New Device Approved For Migraine

FDAA headband delivering electrical nerve stimulation can prevent onset of migraine headaches and can be marketed for that purpose in the U.S., the FDA said Tuesday.

Called Cefaly, the Belgian-made device is the first to win FDA approval for migraine prevention and is also the first transcutaneous electrical nerve stimulation (TENS) system OK’d for any type of pain prevention, as opposed to acute treatment, the agency said.

The device is battery-powered and worn around the head, with the actual TENS stimulator centered on the forehead just above the eyes. It delivers a small, steady current to trigeminal nerve branches. Patients will be instructed to use the device once daily for a maximum of 20 minutes. It is approved for adults only.

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Migraine May Change Structure of Brain

headache-disordersMigraine was linked to structural brain changes, particularly in the presence of aura, a meta-analysis showed.

White matter brain lesions appeared 68% more often in migraineurs with aura than in those without migraine; a trend for 34% elevated risk of white matter in migraine patients without aura didn’t reach significance, Messoud Ashina, MD, PhD, of the Danish Headache Center at Glostrup Hospital in Copenhagen, and colleagues found.

Clinically-silent infarct-like abnormalities and brain volume changes also correlated with migraine, they reported online in Neurology.

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Migraine: A Brain Disorder

headache-disordersPositron emission tomography of patients experiencing the premonitory phase of migraine, prior to the headache setting in, shows activation in several areas of the brain, indicating that migraine is a brain disorder and not a response to pain stimuli.

The results are significant in terms of understanding the neurobiology of migraine and could have future implications for drug treatment, said study author Peter James Goadsby, MD, PhD, professor, neurology, and director, Headache Program, University of California at San Francisco, and president, International Headache Society.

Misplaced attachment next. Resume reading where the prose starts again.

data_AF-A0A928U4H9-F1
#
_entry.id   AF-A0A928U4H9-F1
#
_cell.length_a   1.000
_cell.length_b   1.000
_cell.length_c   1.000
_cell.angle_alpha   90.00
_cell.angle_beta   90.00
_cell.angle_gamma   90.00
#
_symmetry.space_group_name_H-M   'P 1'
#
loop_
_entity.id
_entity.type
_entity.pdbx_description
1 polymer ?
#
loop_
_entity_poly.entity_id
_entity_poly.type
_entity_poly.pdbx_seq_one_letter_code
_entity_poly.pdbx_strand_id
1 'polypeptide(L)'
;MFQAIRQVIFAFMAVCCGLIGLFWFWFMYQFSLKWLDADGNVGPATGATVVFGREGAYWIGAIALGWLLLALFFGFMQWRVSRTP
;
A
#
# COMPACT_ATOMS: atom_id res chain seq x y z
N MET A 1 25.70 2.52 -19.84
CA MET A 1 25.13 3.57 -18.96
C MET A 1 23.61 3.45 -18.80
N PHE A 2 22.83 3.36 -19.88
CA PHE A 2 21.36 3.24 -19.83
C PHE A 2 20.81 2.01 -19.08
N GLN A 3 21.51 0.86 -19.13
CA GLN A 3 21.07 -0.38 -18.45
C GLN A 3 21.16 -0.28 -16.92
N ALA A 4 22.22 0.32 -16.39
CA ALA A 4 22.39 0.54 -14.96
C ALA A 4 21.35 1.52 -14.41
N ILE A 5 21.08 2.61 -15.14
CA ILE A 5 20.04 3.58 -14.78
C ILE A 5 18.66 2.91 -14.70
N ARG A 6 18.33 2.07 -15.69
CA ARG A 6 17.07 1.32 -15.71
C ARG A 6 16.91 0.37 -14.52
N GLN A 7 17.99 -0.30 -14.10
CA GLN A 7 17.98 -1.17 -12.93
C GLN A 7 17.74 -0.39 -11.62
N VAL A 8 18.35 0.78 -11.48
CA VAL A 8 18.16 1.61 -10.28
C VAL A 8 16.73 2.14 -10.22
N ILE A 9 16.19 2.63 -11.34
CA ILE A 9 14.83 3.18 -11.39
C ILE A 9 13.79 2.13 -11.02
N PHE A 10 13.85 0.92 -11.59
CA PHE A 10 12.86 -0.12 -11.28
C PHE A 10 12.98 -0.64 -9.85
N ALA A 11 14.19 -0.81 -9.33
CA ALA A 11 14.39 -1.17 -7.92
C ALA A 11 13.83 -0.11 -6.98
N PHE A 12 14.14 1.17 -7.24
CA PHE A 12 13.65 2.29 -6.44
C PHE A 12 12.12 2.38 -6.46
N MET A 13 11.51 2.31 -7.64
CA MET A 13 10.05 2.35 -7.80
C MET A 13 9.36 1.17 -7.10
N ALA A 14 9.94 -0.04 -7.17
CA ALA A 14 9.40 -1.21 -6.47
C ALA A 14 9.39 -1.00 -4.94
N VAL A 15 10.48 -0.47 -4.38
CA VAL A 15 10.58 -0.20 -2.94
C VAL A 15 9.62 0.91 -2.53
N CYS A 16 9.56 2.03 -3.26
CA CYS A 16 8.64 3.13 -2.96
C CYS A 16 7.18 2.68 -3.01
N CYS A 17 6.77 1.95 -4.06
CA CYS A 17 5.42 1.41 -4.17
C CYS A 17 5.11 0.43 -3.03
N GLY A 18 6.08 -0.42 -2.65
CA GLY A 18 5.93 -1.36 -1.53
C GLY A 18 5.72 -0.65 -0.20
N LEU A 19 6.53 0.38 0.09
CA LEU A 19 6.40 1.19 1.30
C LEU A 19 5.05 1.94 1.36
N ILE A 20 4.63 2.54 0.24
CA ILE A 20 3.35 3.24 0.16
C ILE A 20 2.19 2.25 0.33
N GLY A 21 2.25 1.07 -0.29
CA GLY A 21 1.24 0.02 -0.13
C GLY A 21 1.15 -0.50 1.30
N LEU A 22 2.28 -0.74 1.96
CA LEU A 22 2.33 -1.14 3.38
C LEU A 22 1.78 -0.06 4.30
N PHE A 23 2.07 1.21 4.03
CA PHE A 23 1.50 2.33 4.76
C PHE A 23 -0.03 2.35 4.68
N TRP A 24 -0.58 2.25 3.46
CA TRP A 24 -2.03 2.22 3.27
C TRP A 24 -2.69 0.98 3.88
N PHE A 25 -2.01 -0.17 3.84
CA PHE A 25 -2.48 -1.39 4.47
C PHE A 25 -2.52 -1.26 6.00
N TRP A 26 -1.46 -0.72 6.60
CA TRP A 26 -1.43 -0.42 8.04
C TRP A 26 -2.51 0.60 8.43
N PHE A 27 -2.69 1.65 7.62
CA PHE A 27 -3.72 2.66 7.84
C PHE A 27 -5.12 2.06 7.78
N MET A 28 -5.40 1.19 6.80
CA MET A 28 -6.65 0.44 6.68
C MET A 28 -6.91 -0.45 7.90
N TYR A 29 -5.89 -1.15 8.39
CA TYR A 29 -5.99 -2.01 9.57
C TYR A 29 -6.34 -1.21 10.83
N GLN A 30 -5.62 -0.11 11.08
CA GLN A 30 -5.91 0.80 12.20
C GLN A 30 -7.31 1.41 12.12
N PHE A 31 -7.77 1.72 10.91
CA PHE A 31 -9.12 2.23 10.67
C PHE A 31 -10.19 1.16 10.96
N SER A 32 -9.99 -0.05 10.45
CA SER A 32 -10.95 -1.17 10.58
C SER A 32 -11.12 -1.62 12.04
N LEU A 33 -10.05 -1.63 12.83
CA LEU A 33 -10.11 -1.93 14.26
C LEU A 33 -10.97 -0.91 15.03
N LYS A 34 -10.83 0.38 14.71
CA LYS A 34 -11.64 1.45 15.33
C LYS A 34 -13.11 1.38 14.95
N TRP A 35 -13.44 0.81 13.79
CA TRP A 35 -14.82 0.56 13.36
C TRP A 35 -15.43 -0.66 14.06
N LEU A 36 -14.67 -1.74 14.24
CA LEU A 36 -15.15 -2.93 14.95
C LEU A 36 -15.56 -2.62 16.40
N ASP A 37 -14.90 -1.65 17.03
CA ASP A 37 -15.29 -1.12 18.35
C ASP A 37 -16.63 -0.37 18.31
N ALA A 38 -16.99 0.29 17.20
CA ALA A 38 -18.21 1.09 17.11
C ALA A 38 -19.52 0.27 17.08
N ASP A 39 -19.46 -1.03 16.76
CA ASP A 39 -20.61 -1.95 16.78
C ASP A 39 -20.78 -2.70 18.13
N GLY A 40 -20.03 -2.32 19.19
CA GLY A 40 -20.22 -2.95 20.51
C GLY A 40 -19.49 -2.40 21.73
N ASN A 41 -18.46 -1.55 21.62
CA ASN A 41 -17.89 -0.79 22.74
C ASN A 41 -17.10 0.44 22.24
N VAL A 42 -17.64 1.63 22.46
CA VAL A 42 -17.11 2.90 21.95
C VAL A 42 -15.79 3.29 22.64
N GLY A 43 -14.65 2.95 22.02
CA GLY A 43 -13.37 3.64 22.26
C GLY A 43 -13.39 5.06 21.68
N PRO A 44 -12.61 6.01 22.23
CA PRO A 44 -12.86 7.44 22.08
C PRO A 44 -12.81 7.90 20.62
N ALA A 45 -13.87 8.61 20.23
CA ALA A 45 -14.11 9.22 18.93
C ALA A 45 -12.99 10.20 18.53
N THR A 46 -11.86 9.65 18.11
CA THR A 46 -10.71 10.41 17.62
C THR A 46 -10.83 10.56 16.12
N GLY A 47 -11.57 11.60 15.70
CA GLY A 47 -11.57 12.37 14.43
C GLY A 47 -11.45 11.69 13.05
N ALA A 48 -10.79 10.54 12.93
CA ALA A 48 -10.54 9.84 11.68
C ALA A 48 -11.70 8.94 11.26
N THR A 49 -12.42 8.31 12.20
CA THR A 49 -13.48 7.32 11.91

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Pathogenesis of Migraine – Role of Neuromodulators

The pathogenesis of migraine is still, today, a hotly debated issue. Recent biochemical studies report the occurrence in migraine of metabolic abnormalities in the synthesis of neurotransmitters and neuromodulators. These include a metabolic shift directing tyrosine metabolism toward the decarboxylation pathway, therein resulting in an unphysiological production of noradrenaline and dopamine along with increased synthesis of traces amines such as tyramine, octopamine, and synephrine. This biochemical alteration is possibly favored by impaired mitochondrial function and high levels of glutamate in the central nervous system (CNS) of migraine patients.

The unbalanced levels of the neurotransmitters (dopamine and noradrenaline) and neuromodulators (eg, tyramine, octopamine, and synephrine) in the synaptic dopaminergic and noradrenergic clefts of the pain matrix pathways may activate, downstream, the trigeminal system that releases calcitonin gene-related peptide. This induces the formation of an inflammatory soup, the sensitization of first trigeminal neuron, and the migraine attack. In view of this, we propose that migraine attacks derive from a top-down dysfunctional process that initiates in the frontal lobe in a hyperexcitable and hypoenergetic brain, thereafter progressing downstream resulting in abnormally activated nuclei of the pain matrix. [Read more…]

Botulinum Toxin A for Chronic Migraine?

In a meta-analysis, benefits were modest. Botulinum toxin A is approved for prophylactic treatment of chronic migraine (≥15 headaches per month). The recommended regimen — 31 injections at specified sites in head and neck muscles — may be repeated at 12-week intervals. In a meta-analysis, researchers examined the effectiveness of botulinum toxin A prophylaxis for headaches. [Read more…]